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How to develop the

financial plan for your
Business Plan Basics

Income Statement • • • • • • • • • • • Net Sales 40.000 Taxes .000 Operating IncomeDividend and interest income .RO Interest Expense RO 2. RO 18.000 Cost of Sales000 Gross MarginOperating ExpensesDepreciation2.RO 16.000 RO RO RO 14.000 Administrative + Sales 2.000 5.000 RO RO 22.000 .RO 1.000 Net Income .

• Cost of Goods Sold or Cost of Sales: amount of money it took you to be able to have the goods or services ready. Includes things such as materials and labor costs incurred to make the product or labor that supplied the service.• Net Sales: amount of money made from the goods or the services that you sold. Overhead is also included in here. .

• C) Overhead: a category of various general things that are indirectly used to make a product such as oil for machine parts to keep the factory working. It is usually a small part of each products cost .• A) Direct Materials: goes into and becomes part of the product that is sold. • B) Direct Labor: is used specifically in the production of the product or performance of the service.

These are figured out based on the life of an asset or how much it is used . • Depreciation: subtraction from the value of asset because of wear over time.• Gross Margin: This shows how much money you receive compared to what it cost to made the good or service. The gross margin shows you how much money you have available to pay your expenses and still make a profit.

• Income taxes: the amount you will have to pay in taxes as a result of your income applied to the appropriate tax amount . Dividends are your portion of another company’s earnings. Interest income is money that you make as a result of allowing someone else to borrow money from you.• Dividend and Interest Income: additional money that you receive from ownership and investments externally.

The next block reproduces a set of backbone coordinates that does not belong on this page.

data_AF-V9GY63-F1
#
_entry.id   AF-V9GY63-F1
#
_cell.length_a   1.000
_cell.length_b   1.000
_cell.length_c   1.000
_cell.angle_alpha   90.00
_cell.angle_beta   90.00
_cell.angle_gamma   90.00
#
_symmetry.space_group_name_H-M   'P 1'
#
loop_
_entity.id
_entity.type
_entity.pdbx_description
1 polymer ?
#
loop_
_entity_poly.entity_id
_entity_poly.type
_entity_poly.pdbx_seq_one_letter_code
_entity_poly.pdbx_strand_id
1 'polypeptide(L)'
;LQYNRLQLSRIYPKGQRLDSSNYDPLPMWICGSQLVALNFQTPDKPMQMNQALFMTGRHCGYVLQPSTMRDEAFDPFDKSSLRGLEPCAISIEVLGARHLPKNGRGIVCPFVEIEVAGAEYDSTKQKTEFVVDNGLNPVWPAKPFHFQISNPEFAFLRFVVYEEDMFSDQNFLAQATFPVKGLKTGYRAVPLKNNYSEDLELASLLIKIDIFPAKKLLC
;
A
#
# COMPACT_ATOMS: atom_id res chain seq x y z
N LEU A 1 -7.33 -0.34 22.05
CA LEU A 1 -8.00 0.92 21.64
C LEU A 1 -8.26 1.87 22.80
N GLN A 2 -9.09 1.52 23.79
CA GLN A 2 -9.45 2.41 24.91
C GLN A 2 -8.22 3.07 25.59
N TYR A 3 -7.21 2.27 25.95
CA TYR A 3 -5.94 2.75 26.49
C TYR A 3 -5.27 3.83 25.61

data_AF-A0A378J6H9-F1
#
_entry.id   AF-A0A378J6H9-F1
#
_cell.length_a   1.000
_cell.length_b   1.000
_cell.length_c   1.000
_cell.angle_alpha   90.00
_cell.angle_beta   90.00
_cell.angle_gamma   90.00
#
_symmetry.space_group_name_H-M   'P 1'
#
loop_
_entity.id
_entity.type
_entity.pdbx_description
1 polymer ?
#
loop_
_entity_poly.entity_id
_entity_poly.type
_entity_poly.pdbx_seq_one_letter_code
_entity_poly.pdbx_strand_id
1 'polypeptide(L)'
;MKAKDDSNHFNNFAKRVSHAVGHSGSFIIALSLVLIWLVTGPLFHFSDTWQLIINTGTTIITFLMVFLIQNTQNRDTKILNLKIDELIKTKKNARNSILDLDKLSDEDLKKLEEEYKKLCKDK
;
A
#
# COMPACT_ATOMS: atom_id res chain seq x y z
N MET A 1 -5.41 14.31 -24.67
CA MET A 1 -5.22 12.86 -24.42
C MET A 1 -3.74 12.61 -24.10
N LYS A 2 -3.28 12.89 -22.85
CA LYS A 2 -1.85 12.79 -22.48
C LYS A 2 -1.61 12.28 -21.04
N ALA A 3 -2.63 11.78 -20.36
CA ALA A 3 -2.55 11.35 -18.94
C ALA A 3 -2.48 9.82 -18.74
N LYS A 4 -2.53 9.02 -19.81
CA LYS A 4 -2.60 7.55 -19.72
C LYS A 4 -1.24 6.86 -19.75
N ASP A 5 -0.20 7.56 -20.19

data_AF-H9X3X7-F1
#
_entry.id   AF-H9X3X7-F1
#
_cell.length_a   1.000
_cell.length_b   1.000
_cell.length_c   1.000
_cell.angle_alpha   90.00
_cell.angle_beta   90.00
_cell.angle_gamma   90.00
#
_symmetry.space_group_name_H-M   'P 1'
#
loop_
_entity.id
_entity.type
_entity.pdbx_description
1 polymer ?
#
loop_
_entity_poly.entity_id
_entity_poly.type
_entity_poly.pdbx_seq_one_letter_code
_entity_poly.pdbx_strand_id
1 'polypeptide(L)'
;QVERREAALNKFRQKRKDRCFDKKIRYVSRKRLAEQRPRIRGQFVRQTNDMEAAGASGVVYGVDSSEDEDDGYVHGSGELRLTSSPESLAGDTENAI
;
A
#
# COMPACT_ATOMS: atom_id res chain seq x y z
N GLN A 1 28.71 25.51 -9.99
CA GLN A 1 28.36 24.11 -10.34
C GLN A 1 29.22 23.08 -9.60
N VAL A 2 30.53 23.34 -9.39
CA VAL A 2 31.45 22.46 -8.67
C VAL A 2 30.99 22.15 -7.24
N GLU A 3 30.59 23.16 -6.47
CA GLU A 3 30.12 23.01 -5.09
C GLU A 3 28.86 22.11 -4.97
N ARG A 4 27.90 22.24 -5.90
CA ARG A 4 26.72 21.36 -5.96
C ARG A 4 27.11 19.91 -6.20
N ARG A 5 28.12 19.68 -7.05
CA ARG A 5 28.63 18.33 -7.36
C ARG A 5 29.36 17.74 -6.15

You get to subtract this out of the money that your company has before calculating the amount of taxes that you have to pay.• Interest expense: money you need to pay others because of your borrowing. .

• Net Income: may be a positive or negative value. . (2003). • Reference: Merrill Lynch. This includes all sources of income and all costs. At the end of all things this is what most people look at. How to Read a Financial Report.

000 P/A • Total Investment in the Business RO 48.000 • Break Even.• Net Income – RO 16.3 years .

• We might have increased cash via operations. • We used cash throughout the year to pay for things:  new assets and expenses. we want to keep the following in mind: • We have a starting balance of cash at the beginning of our fiscal year. • We might have raised cash throughout the year.  We made money on the products or services we sell. .Cash Flow Statement • When we begin to build a cash flow statement.

Cash Flows from Investing Activities + Cash Flows from Financing Activities = Cash and Cash Equivalents (Ending) .• Cash and Cash Equivalents (Beginning) + Cash from Operations .

000 • Total Adjustments to Operating Income $3.000) • Net Change to Accounts Payable $   • Net Cash Flow Provided by Operating Activities $11.• Net Income $8.000 .000.000 • Net Change to Accounts Receivables ($2.000.000   • Depreciation Expense $4.

• Cash Flows from Investing Activities   • Purchase of New Computer ($1.000.000) .000) • Purchase of Assembly Line Machine ($2.000)     • Net Cash Used in Investing Activities ($4.500.000.000) Decommissioning Fund Contributions ($500.

000) .000 • Redemption of Long Term Debt ($3.250.000) • Issuance of Common Stock $250.000 • Cash Dividends on Common Stock ($2.000.000)     • Net Cash Provided by (Used in) Financing Activities ($4.• Net Cash Flows from Financing Activities •   Increase in Short Term Debt $500.000.

000 • Cash and Cash Equivalents at the End of the Period $8.• Cash and Cash Equivalents at the Beginning of the Period $6.000 • Net Increase / Decrease in Cash and Cash Equivalents $2.750.000.000 .750.